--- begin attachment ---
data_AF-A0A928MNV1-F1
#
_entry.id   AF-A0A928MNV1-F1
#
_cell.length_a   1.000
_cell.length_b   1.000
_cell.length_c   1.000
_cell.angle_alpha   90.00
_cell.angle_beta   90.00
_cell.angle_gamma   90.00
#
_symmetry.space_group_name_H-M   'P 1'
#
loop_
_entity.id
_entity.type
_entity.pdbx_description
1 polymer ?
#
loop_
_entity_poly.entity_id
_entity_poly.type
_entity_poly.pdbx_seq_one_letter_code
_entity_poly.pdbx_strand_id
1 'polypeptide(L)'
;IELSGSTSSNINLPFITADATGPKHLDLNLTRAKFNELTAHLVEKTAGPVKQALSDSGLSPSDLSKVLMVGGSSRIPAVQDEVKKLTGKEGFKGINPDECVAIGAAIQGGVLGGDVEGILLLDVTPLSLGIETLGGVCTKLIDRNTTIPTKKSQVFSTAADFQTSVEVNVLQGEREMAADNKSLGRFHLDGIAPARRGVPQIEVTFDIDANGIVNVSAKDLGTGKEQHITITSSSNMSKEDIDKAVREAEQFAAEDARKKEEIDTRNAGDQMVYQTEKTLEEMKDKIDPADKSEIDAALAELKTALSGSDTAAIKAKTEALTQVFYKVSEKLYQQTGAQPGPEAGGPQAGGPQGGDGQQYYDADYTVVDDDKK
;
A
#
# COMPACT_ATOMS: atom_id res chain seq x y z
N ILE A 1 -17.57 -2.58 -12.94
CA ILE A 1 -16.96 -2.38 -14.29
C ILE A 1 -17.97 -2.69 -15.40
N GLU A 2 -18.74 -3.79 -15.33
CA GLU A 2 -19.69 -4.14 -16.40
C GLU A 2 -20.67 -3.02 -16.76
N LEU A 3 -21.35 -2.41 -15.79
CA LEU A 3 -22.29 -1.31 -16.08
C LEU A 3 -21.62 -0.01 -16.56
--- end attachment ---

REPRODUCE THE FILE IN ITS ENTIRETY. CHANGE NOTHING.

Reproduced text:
data_AF-A0A928MNV1-F1
#
_entry.id   AF-A0A928MNV1-F1
#
_cell.length_a   1.000
_cell.length_b   1.000
_cell.length_c   1.000
_cell.angle_alpha   90.00
_cell.angle_beta   90.00
_cell.angle_gamma   90.00
#
_symmetry.space_group_name_H-M   'P 1'
#
loop_
_entity.id
_entity.type
_entity.pdbx_description
1 polymer ?
#
loop_
_entity_poly.entity_id
_entity_poly.type
_entity_poly.pdbx_seq_one_letter_code
_entity_poly.pdbx_strand_id
1 'polypeptide(L)'
;IELSGSTSSNINLPFITADATGPKHLDLNLTRAKFNELTAHLVEKTAGPVKQALSDSGLSPSDLSKVLMVGGSSRIPAVQDEVKKLTGKEGFKGINPDECVAIGAAIQGGVLGGDVEGILLLDVTPLSLGIETLGGVCTKLIDRNTTIPTKKSQVFSTAADFQTSVEVNVLQGEREMAADNKSLGRFHLDGIAPARRGVPQIEVTFDIDANGIVNVSAKDLGTGKEQHITITSSSNMSKEDIDKAVREAEQFAAEDARKKEEIDTRNAGDQMVYQTEKTLEEMKDKIDPADKSEIDAALAELKTALSGSDTAAIKAKTEALTQVFYKVSEKLYQQTGAQPGPEAGGPQAGGPQGGDGQQYYDADYTVVDDDKK
;
A
#
# COMPACT_ATOMS: atom_id res chain seq x y z
N ILE A 1 -17.57 -2.58 -12.94
CA ILE A 1 -16.96 -2.38 -14.29
C ILE A 1 -17.97 -2.69 -15.40
N GLU A 2 -18.74 -3.79 -15.33
CA GLU A 2 -19.69 -4.14 -16.40
C GLU A 2 -20.67 -3.02 -16.76
N LEU A 3 -21.35 -2.41 -15.79
CA LEU A 3 -22.29 -1.31 -16.08
C LEU A 3 -21.62 -0.01 -16.56